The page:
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Maine lawmakers consider ending minor offense traffic stops

The proposal would eliminate what are called pretextual traffic stops — stops for minor offenses that can become an investigation into something else.

AUGUSTA, Maine — Editor's note: This video originally aired on March 4.

Maine lawmakers are considering a bill that would ban police from pulling over people for minor offenses in an attempt to reduce racial profiling in the state.

The proposal would eliminate pretextual traffic stops — stops for minor offenses that can become an investigation into something else. The proposal would decrease violations like not wearing seat belts, having expired registrations or inspections, or having faulty plate lights.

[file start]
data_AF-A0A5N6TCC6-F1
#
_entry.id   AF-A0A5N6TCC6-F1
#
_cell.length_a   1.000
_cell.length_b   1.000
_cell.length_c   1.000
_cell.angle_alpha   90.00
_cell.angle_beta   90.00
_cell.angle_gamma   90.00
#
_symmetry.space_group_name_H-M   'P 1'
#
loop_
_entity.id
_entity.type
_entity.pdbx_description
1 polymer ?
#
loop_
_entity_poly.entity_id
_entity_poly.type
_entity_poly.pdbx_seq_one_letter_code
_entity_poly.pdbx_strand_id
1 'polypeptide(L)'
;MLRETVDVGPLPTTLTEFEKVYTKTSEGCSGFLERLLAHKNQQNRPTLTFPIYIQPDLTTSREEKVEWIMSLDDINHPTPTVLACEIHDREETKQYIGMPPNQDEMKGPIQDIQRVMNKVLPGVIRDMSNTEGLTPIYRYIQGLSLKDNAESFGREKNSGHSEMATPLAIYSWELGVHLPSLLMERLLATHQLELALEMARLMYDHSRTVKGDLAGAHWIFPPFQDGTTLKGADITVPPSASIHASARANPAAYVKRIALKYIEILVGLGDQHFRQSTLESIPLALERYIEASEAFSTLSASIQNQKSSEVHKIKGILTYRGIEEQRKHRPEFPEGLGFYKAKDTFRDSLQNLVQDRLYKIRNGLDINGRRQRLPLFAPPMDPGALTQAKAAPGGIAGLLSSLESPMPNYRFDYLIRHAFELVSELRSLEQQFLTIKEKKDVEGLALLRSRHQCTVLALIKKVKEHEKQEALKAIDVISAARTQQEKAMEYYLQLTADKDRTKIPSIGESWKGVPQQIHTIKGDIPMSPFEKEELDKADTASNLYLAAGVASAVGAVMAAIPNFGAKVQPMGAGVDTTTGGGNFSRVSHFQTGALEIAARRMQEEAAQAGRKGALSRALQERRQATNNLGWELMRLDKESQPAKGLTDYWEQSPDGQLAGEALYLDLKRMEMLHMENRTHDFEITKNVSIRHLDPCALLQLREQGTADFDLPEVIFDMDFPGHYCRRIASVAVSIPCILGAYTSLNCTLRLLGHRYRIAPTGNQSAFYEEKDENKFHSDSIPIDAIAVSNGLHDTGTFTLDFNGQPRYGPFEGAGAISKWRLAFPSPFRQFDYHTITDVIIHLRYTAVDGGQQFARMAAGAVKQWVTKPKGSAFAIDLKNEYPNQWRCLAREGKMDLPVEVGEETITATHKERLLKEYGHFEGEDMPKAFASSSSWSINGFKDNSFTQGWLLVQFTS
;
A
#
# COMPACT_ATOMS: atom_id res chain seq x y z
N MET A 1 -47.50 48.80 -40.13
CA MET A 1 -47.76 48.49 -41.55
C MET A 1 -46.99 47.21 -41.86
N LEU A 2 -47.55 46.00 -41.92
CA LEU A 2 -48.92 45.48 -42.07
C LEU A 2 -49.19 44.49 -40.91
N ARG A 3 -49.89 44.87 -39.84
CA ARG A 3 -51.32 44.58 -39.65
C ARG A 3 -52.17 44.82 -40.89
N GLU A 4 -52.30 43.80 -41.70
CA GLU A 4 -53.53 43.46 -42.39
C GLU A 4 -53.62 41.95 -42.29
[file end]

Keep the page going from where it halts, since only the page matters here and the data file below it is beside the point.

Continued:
Police and other critics of the proposal testified last week at a Criminal Justice and Public Safety Committee hearing and said that if certain offenses become a low priority, it would make the roads more dangerous, increasing traffic-related accidents, The Portland Press Herald reported Sunday.

The Maine Medical Association and the Maine Bureau of Highway Safety said they opposed the bill because reducing the severity of seat belts violations could possibly encourage people to stop wearing them.

But the proposal's sponsor, Rep. Victoria Morales of South Portland, stated that it is possible to implement an amendment to the bill to address public safety concerns about seat belts and child safety violations. She also said she hopes to work with the Maine State Police on the proposal.

Morales said the bill, which was scheduled for a work session Monday, is intended to protect drivers' rights, especially some people of color who do not feel safe behind the wheel.

The newspaper said that if the bill becomes law, drivers can still be cited for traffic violations, but it cannot be the sole reason for the traffic stop.

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